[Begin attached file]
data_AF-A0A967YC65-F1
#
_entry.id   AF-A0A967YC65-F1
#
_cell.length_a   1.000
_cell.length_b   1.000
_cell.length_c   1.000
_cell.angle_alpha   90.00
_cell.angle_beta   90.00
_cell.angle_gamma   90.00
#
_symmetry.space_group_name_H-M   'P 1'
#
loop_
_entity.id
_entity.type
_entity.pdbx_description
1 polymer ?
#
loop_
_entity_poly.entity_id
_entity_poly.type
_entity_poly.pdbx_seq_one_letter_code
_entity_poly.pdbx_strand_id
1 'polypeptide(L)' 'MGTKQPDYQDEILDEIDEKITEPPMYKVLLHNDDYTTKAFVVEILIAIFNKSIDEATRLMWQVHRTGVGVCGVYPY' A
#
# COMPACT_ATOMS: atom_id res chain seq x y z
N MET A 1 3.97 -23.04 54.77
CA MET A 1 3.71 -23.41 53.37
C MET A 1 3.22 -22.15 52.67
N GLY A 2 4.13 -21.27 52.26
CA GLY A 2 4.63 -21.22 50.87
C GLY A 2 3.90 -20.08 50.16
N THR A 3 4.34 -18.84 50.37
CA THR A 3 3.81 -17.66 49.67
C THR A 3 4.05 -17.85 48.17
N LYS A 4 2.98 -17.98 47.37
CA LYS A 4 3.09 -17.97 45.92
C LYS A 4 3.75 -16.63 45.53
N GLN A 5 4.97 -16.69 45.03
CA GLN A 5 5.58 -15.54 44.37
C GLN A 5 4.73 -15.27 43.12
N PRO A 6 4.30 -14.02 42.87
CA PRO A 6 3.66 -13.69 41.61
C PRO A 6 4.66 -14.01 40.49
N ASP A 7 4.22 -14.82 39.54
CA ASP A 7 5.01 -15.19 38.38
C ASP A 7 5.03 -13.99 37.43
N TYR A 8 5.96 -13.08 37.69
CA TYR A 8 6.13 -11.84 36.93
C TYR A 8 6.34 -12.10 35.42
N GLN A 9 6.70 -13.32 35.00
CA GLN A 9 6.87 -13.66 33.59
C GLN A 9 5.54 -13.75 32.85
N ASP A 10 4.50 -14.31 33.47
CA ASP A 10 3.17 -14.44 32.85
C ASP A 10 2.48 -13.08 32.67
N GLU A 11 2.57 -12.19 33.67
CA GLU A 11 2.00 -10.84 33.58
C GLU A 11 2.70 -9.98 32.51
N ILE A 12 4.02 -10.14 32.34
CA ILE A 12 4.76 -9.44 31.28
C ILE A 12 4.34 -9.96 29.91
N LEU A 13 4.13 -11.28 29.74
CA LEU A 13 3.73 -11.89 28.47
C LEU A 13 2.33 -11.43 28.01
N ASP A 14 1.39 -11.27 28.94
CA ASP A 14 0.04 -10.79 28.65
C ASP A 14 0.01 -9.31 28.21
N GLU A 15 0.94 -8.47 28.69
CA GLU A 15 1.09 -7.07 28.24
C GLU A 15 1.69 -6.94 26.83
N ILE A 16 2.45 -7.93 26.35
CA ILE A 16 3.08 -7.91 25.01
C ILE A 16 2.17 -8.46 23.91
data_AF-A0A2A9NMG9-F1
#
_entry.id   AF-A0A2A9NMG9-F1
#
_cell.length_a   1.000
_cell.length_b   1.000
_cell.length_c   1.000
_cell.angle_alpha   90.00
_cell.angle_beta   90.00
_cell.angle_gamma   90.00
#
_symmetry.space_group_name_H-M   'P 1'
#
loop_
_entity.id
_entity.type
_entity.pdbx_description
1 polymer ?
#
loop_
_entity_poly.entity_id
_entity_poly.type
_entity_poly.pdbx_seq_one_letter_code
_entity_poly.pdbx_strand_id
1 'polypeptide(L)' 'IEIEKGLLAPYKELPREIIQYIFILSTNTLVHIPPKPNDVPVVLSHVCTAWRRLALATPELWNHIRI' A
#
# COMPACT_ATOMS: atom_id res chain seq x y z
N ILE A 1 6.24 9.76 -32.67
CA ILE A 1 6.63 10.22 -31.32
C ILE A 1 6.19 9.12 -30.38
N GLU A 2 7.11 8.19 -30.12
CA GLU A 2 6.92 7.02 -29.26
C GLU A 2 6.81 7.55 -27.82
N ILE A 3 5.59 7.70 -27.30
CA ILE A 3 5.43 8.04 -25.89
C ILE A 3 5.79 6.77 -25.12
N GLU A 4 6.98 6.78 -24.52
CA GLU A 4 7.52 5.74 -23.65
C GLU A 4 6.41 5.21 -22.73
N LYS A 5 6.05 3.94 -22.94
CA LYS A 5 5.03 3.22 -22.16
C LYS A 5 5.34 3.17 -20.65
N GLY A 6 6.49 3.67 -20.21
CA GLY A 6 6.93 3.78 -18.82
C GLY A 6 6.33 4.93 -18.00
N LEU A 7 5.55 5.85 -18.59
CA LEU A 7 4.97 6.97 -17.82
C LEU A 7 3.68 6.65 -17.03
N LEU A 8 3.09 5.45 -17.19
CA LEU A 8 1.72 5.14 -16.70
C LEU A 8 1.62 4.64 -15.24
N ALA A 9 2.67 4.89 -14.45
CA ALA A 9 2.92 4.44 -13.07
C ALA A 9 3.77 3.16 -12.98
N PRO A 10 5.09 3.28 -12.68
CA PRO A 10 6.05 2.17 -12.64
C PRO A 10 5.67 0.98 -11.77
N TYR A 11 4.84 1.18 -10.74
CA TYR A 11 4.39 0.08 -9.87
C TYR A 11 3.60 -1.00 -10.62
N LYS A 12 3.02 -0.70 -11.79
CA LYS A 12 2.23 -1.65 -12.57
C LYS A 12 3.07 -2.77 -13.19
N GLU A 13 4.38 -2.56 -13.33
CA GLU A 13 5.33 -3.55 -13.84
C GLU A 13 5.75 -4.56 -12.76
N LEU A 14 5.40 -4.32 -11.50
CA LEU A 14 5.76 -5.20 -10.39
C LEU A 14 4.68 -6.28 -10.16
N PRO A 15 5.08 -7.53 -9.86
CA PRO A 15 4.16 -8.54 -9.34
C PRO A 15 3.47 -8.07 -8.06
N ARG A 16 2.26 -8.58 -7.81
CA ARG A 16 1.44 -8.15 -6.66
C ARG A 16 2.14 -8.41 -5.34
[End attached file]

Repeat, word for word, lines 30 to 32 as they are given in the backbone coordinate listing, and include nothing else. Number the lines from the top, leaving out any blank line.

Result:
C MET A 1 3.22 -22.15 52.67
N GLY A 2 4.13 -21.27 52.26
CA GLY A 2 4.63 -21.22 50.87